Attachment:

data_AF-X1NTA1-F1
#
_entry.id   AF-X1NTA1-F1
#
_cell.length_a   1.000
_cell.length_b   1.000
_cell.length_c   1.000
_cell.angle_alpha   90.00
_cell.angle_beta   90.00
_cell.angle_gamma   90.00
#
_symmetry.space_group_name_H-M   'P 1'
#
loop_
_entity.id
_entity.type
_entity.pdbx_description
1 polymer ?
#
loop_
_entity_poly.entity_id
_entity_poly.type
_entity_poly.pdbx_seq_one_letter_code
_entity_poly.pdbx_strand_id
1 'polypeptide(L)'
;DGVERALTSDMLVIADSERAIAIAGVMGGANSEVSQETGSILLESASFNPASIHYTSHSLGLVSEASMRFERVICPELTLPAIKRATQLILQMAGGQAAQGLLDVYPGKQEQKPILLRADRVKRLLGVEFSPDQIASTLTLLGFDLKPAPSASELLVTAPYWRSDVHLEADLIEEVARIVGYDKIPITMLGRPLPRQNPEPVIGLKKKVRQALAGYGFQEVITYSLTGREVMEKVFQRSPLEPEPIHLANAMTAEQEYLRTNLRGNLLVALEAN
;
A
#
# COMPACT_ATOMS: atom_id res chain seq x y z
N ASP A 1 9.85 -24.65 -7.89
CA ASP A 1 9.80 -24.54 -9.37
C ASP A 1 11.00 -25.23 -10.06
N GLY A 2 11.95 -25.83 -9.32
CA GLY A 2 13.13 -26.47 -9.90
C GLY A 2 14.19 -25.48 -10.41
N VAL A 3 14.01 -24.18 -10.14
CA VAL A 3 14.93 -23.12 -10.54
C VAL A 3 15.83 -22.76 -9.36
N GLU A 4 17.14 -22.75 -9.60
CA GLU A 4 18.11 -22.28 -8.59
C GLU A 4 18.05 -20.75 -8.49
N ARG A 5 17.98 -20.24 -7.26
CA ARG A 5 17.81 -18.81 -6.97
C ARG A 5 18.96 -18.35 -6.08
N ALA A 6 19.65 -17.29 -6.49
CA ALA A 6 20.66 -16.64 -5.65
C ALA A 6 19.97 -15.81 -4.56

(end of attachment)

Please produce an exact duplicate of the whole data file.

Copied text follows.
data_AF-X1NTA1-F1
#
_entry.id   AF-X1NTA1-F1
#
_cell.length_a   1.000
_cell.length_b   1.000
_cell.length_c   1.000
_cell.angle_alpha   90.00
_cell.angle_beta   90.00
_cell.angle_gamma   90.00
#
_symmetry.space_group_name_H-M   'P 1'
#
loop_
_entity.id
_entity.type
_entity.pdbx_description
1 polymer ?
#
loop_
_entity_poly.entity_id
_entity_poly.type
_entity_poly.pdbx_seq_one_letter_code
_entity_poly.pdbx_strand_id
1 'polypeptide(L)'
;DGVERALTSDMLVIADSERAIAIAGVMGGANSEVSQETGSILLESASFNPASIHYTSHSLGLVSEASMRFERVICPELTLPAIKRATQLILQMAGGQAAQGLLDVYPGKQEQKPILLRADRVKRLLGVEFSPDQIASTLTLLGFDLKPAPSASELLVTAPYWRSDVHLEADLIEEVARIVGYDKIPITMLGRPLPRQNPEPVIGLKKKVRQALAGYGFQEVITYSLTGREVMEKVFQRSPLEPEPIHLANAMTAEQEYLRTNLRGNLLVALEAN
;
A
#
# COMPACT_ATOMS: atom_id res chain seq x y z
N ASP A 1 9.85 -24.65 -7.89
CA ASP A 1 9.80 -24.54 -9.37
C ASP A 1 11.00 -25.23 -10.06
N GLY A 2 11.95 -25.83 -9.32
CA GLY A 2 13.13 -26.47 -9.90
C GLY A 2 14.19 -25.48 -10.41
N VAL A 3 14.01 -24.18 -10.14
CA VAL A 3 14.93 -23.12 -10.54
C VAL A 3 15.83 -22.76 -9.36
N GLU A 4 17.14 -22.75 -9.60
CA GLU A 4 18.11 -22.28 -8.59
C GLU A 4 18.05 -20.75 -8.49
N ARG A 5 17.98 -20.24 -7.26
CA ARG A 5 17.81 -18.81 -6.97
C ARG A 5 18.96 -18.35 -6.08
N ALA A 6 19.65 -17.29 -6.49
CA ALA A 6 20.66 -16.64 -5.65
C ALA A 6 19.97 -15.81 -4.56